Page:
Our country is in a crisis. The church is in a crisis. There may be other countries in which both of these sentences are true, but certainly they are true in the United States. The church’s crisis is manifest in at least three ways. First, the rise of “Christian” nationalism, “Christian” partnership with white supremacy and authoritarianism, and “Christian” fear, bigotries, and hatred that have aligned with the radical right. Second (and related), the Christian support of neoliberal institutions and structures that are destructive to human life and human security. Third (and related), the loss of a compelling story to tell, the loss of reasons to give, the loss of demonstrating the radical love, justice, and peace of the Reign (“Kingdom”) of God inaugurated by Jesus. People are declining the invitation to give their lives to Jesus. Why would they? The church does not make talk about Jesus appealing, to say the least. Far too often, we do not walk what we talk—except when our talk is bigoted, fearful, and hateful.
In the second section of Mark’s story of Jesus (Mark 2.1—3.6), we are presented with five episodes that demonstrate Jesus’ true and powerful authority, in contrast to the weak and narcissistic authority of the religious authorities. The paragraph above notes a crisis of the church related to our lack of spiritual and moral authority (“authority” is one word for power).
In the midst of these episodes, Jesus uses two metaphors to indicate something of his power and the Reign of God he is initiating. He says, “No one sews a piece of unshrunk cloth on an old cloak; otherwise, the patch pulls away from it, the new from the old, and a worse tear is made. And no one puts new wine into old wineskins; otherwise, the wine will burst the skins, and the wine is lost, and so are the skins; but one puts new wine into fresh wineskins.”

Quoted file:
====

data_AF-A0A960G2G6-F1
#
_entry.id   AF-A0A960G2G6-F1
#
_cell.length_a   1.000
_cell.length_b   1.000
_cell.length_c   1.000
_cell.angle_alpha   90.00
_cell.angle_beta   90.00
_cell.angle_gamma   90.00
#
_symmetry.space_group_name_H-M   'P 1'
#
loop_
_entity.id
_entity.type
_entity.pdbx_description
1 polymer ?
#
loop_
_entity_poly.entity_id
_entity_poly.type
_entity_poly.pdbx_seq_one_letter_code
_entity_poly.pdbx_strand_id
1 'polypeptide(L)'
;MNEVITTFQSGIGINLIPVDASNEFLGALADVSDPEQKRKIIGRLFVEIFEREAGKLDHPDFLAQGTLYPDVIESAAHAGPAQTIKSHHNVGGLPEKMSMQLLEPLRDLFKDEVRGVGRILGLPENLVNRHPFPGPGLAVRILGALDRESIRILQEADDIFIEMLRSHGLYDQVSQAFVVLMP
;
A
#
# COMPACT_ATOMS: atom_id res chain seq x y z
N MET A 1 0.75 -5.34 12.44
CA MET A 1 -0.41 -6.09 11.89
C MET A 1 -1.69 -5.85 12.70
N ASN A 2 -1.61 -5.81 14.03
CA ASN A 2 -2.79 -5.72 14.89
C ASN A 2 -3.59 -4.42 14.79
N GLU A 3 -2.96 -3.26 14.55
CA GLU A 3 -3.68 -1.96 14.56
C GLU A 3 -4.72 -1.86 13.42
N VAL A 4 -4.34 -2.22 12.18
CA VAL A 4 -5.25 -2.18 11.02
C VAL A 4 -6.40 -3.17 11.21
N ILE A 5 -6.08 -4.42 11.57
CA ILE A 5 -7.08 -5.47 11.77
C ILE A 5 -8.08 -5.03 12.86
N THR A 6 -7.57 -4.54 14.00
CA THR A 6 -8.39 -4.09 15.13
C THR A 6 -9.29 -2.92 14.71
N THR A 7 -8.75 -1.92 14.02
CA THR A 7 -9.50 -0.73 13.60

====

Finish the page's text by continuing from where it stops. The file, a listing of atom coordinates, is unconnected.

Jesus’ metaphors are meant to help us see that the Good News of God’s Reign (rule, or regime) is not simply some modification of the religious, cultural, social, and political forms we already have. God did not “tear open the heavens and come down” (Isa. 64.1) just to make us into reformists. Tinkering with sinful structures, whether religious, cultural, economic, or political, is, to say the least, not enough. Paul writes to the church in Rome, “Do not be conformed to this world… “Romans 12.1-2). Reforming is too much conforming. To be conformed to a deceitful world is to be deceitful. To be conformed to a inegalitarian world is to be an inegalitarian. To be conformed to a world filled with systems of oppression is to abide oppression. To be conformed to a violent world is to participate in violence.
And yet. We live in a world where small steps are often necessary. Where we shouldn’t let the perfect be the enemy of the good. Where we have to have patience and practice “a long obedience in the same direction” (Nietzsche). The early modern Reformers spoke of a “reformed church always reforming.” The Anabaptists said reform is not enough, but rather the church needed to be restored. There has always been a tension in the church between the wisdom of reformation and the Gospel call to rebirth, new life (cf. 2 Corinthians 5.17), and radical change. New wine must have new wineskins. Our Mark study group had a fun time discussing this tension. A tension that we cannot escape.
I am blessed to belong to the community of Jesus called Riverfront Family Church. It is a community where we struggle with this tension rather than ignore it. We strive to embody the Reign of God in powerful and authoritative ways that are compelling and healing. We strive to embody Love for everyone. We strive to share the new wine of the Gospel and to be a new wineskin for it. As I write this, I do not mean to engage in self-congratulation. We embody failings too. Perhaps we are not as radical or loving as we claim to be, or not as consistently so.